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Scheduled Ancient Monuments

Scheduled Ancient Monuments are buidings or structures which are classified by the 

oldest form of heritage protection dating back to the 1882 Ancient Monuments Protection Act, when a 'Schedule' (hence ‘scheduling’) of almost exclusively prehistoric monuments deserving of state protection was first compiled.

Scheduling applies to sites of national importance, whilst listing is a more recent classification, and can be applied to structures which are only significant locally. Listed buildings have to currently exist in a state similar to their original form. They cannot be completely ruined, or invisible. Scheduled monuments, can however be total ruins, and may even be remains below ground.

Some structures are both Scheduled Monuments and Listed Buildings. Typically, these tend to be intact (or mostly intact) early religious or military structures, such as churches and castles.

The significance and diversity means adoption of pure conservation techniques and can take many forms.

Owlsworth Conservation have worked on some of the most important scheduled ancient monuments in the country. The diversity of the work means each project is approached in a unique way, varying from pure conservation to honest reinstatement.  

Tower of London

West Wycombe Mausoleum

Arborfield Garrison

West wycombe Mausoleum
Arborfield Garrison
Tower of London

The White Tower, built by William the Conqueror and dating from around 1077, is one of Europe’s most important monuments of the period. Its south entrance is raised about 6.4m above ground level and was probably originally accessed by a wooden staircase parallel to the wall as it is today.

Having been unused for 300 years, the south door was returned to service with the building of the previous wooden staircase in 1973. After 40 years, its condition seriously deteriorated, leading to the intial project inception. The design brief from Historic Royal Palaces (HRP) required the new stairs to be built on the same footprint, reusing the old footings and to be as historically authentic a design as possible, to reflect the Norman architecture of the tower itself.

The project was a significant undertaking where everything was considered from trying to remain true to Norman carpentry techniques where possible whilst incorporating a modular construction to allow any future repairs to be undertaken easily. The oak for the project was selected from Mapledurham and Hardwick Estates, Oxfordshire, only a short distance from the yard where it was hewn and framed traditionally.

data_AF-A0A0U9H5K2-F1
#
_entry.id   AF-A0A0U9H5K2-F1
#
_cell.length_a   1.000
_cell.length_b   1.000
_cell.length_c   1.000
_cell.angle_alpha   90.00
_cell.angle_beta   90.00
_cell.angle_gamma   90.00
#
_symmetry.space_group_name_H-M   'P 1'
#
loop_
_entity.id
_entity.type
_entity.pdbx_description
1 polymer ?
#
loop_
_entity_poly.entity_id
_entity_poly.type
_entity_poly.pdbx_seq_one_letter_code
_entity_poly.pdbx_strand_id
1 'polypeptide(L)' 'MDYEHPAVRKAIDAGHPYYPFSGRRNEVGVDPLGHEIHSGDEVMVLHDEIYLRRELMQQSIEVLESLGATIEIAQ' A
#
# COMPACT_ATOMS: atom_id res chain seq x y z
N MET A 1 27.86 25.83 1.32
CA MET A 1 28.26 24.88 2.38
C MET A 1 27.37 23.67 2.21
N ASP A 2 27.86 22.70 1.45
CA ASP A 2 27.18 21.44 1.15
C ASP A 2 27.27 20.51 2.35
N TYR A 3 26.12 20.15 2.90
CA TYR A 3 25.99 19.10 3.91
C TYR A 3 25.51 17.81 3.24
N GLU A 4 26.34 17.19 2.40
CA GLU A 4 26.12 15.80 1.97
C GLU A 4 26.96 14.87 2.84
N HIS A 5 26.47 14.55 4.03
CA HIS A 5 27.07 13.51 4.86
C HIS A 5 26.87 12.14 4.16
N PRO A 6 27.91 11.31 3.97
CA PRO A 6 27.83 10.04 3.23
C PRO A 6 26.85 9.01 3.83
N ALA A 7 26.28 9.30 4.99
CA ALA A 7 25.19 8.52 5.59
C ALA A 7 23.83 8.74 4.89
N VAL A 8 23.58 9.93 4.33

The project and its story really is quite remarkable with more information available here.

Owlsworth Conservation have a long history of working in the historic village of West Wycombe, having undertaken many projects including West Wycombe Park House, and multiple listed building within the village for the National Trust. Perhaps, however, the most interesting is the extensive works undertaken to the Dashwood Mausoleum.

The imposing Dashwood Mausoleum stands on top of West Wycombe Hill next to the Church of St Lawrence. Owlsworth Conservation were commissioned to undertake a thorough inspection of the scheduled ancient monument with a view to developing a sensitive repair schedule to halt what had become an acceleration in the decline of the structure.

The mausoleum is constructed from portland stone with beautifully knapped and coursed flint work of the highest quality. The structure also includes numerous decorative stone and plaster embellishments including tudor roses, triglyphs, applied pilasters and large stone urns.

Much of the damage had been caused by vegetation taking hold and the roots finding their way in past the flint exterior into the rubble core and causing extensive damage. Furthermore many of the plaster details were beyond repair and required moulds to be taken and new pieces made.

 

Owlsworth provided a comprehensive solution, producing an accurate scope of work, liaising with relevant authorities regarding methods, techniques and materials, before eventually completing the work within a 10 month period, 2 months ahead of schedule.

Arborfield Infirmary Stables are owned by the Ministry of Defence and have been designated as a

Scheduled Monument since 1979. The stables, which were in a state of disrepair, had been included in Historic England’s Heritage at Risk Register and classified as Category A (highest level of risk).

 

The early 20th century Horse Infirmary Stables at Arborfield – or rather, what remains of them – constitute a significant survival from an exceptional period of early to mid-20th century warfare. Constructed in circa 1912-1915, the Stables were part of what was originally a much more extensive complex of buildings which functioned as the Arborfield Remount Depot.

 

The project involved working closely with Historic England and development of a bespoke roofing scheme.  The original roof to both buildings, had failed and was covered in long discontinued asbestos roof tiles. Owlsworth worked with Cembrit, Historic England and the project team to as closely as possible replicate the previous system. This involved cutting down individual tiles, and applying a paint and lacquer system to the underside. All this prior to laying the new bespoke tiles upside down! Trials and negotiation allowed the roof guarantee to remain unaffected.

 

This attention to detail was present in all aspects of the project including paint analysis in removing the many layers to allow the original scheme to be determined. Then the use of bespoke mixed paints to bring both structures back to their former glory. Even custom made rainwater goods were cast and the concrete hard standing was reinstated.

Arborfield Garrison
Contact us for a full project list and references

 

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